Today, with easy drag-and-drop website creation services like Wix and Squarespace, anybody can create a website. So, if you have a great idea for a business or service that you want to set up online, there has never been a better time to do it.
If you want to stand out from the crowd, though, stepping away from this beaten path is recommended. After all, in business you acquire your edge over the competition by doing what they are unwilling to. If shouldering the extra financial burden of having a website custom-built (or even learning to code and building one yourself) isn’t an idea that makes you baulk, then you’re probably also interested in having a domain name that makes you stand out.
So how do you go about acquiring a domain name?
Domain names can be bought through a registrar. In the hierarchy of domain names, the head governing body, ICANN, sits at the top with a number of registries/registry operators below and the registrars (who have day-to-day dealings with end-customers) like Yay.com sit below them.
Each registry is responsible for keeping a database of all domain names registered associated with its ‘Top Level Domain’, or TLD, which is the ‘.com’ or ‘.uk’ portion of the URL.
To buy a domain name, you’ll need to visit the website of a registrar of your choosing, conduct a domain name search, and register the domain name you’re looking for. The price of the domain name you choose is largely dependent on the price of the TLD. TLDs have prices that rarely change, though they may fluctuate marginally due to changes in foreign exchange rates or through a rare adjustment the registry has seen fit to make. Some registrars have a list of domains that they consider ‘premium’ which, for reasons of their own, they have decided it is fair to charge higher prices for.
When a registrar registers a domain name with a TLD registry operator on behalf of a customer, the registrar will communicate its name servers to them. So, if someone purchases www.example.com from us at Yay.com (a registrar), we would provide the .com TLD’s registry operator (Verisign) with our name servers or, if the customer specifies that they would prefer to use different name servers, we will provide the name servers specified by the customer. Any request to the .com TLD name servers will then have a record of the authoritative name servers we have supplied, which will then pull our data to fulfil any search request for www.example.com’s IP address.
Domain Name Categories
The two main types of domain name extensions are gTLDs and ccTLDs.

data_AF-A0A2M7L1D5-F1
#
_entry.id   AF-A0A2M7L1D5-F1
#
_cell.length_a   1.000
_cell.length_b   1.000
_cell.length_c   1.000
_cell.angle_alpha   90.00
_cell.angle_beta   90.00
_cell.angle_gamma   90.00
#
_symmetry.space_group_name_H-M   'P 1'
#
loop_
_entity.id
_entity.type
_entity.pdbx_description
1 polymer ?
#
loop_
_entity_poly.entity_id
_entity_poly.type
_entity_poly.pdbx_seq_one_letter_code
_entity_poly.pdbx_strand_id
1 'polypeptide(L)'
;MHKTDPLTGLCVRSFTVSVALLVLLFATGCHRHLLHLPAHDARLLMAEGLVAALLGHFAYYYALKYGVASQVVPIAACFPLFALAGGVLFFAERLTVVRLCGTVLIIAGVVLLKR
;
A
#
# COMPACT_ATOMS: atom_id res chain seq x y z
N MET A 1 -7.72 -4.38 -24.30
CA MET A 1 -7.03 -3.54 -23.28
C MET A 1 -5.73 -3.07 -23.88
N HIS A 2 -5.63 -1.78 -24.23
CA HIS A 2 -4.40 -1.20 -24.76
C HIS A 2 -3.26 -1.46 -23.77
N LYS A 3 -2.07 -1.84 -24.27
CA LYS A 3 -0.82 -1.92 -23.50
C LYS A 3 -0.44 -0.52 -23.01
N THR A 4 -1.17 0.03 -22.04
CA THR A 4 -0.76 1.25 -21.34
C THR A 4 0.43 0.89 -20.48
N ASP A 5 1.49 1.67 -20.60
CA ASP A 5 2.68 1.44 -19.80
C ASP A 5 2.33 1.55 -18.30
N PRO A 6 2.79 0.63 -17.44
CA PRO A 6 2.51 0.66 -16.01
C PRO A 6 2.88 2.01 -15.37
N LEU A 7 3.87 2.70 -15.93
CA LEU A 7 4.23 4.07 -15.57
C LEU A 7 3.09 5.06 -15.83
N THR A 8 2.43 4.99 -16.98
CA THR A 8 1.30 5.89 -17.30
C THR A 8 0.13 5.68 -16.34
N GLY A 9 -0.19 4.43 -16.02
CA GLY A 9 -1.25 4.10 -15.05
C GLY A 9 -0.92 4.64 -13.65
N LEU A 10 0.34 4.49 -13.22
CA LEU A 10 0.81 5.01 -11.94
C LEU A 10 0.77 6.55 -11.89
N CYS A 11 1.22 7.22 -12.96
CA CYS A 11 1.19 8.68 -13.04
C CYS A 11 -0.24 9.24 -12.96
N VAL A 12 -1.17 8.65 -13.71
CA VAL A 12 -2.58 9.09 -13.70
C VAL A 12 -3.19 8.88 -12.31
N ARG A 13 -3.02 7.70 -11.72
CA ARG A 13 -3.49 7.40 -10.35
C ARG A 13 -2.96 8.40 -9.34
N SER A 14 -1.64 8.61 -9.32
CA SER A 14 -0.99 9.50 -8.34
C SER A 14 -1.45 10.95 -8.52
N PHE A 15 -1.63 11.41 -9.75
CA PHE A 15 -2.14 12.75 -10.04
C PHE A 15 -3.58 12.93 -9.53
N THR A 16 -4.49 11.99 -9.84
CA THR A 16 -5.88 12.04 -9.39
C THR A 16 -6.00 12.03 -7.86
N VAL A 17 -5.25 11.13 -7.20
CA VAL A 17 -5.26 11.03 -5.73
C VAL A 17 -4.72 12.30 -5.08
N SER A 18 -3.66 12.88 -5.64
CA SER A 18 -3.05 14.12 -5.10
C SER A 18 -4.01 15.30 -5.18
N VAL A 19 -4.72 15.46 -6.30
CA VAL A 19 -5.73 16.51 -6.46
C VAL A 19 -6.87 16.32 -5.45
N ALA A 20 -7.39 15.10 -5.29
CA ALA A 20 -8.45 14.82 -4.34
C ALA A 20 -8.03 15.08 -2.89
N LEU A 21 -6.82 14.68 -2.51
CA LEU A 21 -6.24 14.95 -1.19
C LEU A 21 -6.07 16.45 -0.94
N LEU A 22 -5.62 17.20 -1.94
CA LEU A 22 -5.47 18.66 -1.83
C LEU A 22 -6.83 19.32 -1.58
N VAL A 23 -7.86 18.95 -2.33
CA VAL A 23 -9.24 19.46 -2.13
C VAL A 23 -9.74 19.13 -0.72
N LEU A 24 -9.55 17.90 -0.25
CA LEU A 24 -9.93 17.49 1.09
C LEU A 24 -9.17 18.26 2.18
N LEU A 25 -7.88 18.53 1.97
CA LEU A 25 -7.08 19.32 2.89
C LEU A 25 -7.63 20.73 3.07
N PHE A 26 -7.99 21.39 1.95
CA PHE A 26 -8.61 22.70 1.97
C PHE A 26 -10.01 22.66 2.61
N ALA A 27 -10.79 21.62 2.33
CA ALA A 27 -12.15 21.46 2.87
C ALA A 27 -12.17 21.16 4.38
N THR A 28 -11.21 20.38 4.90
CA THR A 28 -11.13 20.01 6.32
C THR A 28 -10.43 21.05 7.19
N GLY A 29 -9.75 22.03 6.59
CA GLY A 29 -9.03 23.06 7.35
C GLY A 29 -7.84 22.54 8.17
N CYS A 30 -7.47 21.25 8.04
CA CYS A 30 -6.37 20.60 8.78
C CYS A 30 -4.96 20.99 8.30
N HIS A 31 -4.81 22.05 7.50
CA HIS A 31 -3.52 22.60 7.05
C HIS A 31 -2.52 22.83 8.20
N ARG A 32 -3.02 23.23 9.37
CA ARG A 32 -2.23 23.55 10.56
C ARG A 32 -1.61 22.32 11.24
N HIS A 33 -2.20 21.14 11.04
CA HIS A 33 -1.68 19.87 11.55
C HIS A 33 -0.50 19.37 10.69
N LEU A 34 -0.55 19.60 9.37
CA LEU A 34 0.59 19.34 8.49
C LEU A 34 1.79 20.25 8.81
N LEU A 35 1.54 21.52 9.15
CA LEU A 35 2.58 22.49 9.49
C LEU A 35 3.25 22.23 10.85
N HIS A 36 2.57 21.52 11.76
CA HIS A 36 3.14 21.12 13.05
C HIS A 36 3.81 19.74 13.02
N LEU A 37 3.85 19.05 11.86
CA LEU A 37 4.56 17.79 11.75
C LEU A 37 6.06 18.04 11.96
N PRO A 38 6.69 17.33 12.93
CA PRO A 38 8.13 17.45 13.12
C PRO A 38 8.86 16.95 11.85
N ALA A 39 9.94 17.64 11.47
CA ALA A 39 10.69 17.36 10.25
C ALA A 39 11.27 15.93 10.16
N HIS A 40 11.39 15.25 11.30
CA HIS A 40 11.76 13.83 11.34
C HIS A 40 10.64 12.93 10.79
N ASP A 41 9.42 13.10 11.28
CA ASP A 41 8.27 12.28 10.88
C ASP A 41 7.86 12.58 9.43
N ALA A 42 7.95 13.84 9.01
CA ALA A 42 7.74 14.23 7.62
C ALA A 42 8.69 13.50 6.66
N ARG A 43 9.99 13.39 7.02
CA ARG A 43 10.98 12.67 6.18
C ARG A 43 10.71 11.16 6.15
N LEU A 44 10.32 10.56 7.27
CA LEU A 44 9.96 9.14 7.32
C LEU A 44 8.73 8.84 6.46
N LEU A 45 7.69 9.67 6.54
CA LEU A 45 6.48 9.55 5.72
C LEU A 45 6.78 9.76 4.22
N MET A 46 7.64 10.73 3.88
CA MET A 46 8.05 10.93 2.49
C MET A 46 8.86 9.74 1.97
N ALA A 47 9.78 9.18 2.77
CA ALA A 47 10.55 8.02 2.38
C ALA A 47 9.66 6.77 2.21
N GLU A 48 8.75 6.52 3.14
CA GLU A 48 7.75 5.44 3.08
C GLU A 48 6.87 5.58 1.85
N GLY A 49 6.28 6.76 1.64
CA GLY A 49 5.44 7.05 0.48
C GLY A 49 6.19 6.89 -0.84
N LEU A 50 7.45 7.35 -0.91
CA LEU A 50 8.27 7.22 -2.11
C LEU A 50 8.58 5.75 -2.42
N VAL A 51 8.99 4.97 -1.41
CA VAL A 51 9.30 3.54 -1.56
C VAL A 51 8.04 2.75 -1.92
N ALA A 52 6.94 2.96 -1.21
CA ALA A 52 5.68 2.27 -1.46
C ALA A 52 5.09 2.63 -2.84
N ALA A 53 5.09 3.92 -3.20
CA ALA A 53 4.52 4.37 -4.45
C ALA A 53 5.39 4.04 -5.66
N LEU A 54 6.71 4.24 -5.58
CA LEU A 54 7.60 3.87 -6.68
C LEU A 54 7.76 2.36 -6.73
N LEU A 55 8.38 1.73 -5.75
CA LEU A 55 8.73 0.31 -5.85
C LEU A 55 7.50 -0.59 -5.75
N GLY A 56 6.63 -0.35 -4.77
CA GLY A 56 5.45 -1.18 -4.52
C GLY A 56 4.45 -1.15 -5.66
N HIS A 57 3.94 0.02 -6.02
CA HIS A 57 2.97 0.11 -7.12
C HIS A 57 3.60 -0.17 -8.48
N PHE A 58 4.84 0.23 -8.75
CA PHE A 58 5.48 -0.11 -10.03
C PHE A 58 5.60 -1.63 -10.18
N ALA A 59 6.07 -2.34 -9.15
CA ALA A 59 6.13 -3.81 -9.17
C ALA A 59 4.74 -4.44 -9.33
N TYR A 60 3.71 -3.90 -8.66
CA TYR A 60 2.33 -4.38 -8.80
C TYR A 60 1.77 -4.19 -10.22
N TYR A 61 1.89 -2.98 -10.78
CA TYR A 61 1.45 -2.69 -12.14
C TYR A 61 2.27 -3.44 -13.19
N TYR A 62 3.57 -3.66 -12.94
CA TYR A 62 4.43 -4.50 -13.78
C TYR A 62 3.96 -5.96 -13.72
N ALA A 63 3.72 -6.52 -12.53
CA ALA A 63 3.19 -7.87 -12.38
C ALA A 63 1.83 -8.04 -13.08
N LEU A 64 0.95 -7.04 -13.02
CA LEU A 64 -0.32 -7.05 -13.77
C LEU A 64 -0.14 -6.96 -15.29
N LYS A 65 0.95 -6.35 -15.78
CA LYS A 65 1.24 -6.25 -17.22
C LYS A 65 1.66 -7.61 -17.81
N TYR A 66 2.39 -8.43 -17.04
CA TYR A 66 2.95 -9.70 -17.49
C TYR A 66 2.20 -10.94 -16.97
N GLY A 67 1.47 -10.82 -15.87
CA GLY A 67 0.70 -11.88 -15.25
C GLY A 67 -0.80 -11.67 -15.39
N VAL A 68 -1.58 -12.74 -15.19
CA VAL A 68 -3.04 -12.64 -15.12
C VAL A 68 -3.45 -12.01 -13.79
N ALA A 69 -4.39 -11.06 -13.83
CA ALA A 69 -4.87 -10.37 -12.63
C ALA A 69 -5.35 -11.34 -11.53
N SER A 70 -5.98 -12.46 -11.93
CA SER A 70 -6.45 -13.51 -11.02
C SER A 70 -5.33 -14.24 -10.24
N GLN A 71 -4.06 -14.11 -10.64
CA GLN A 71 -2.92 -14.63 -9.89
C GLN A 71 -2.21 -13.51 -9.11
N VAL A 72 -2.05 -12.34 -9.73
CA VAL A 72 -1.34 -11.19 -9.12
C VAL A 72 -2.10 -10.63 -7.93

The term gTLD stands for 'Generic Top Level Domain' and an example of a GTLD would be a '.com' or '.net' domain extension. A ccTLD is also known as a 'Country Code Top Level Domain' and examples of these would be '.uk' or '.de' domain extensions.
A ccTLD is typically used to indicate that the website content or service is targeted towards a particular country. In contrast, a gTLD indicates that the service or content hosted at the web address is more generalised and not geared to a specific location.
Some existing gTLDs are even focussed towards professions or hobbies, for example '.accountant' or '.photography' domains.
'Sponsored Top Level Domains' or an sTLD is a category of domain name extension that is backed by a particular sponsor and is designated for use by specific types of organisations or individuals.
If you’d like a domain that is currently unavailable, you can open a domain backorder. Backordering domains essentially means asking your registrar to do their best to register that domain name for you the second it becomes available. This is by no means guaranteed, as any domain name worth its salt will attract competition and, therefore, customers from other registrars with backorders of their own.
Ownership of domain names happens on a lease-basis, so you’ll own a domain name for a set term and, at the end of this term, your ownership of the domain will expire if you do not choose to renew. At this point, the expired domain becomes available to purchase.
With Yay.com, backordering domains is a free service. You can open and cancel backorders free of charge. Usually, registrars who operate a domain backordering service will have in place an automatic domain monitoring system that automatically attempts to register those domains with backorders the second they become available. They should also communicate with you to keep you updated of the process, including days until the domain should expire, the success or failure of their attempt to register the domain for you and so on.
It is also possible to transfer domain names registered with one registrar over to another, for example, if you prefer the domain management platform of one provider over another, you may wish to transfer your domains across in order to take advantage of this better platform.
Once you’ve purchased your domain name, you’re free to transfer it to another registrar, host the name servers with another provider, to hold it without doing anything with it or to begin hosting a website on it.
Now that you know how to buy a domain name you can experience the process first hand by performing a domain name registration with Yay.com.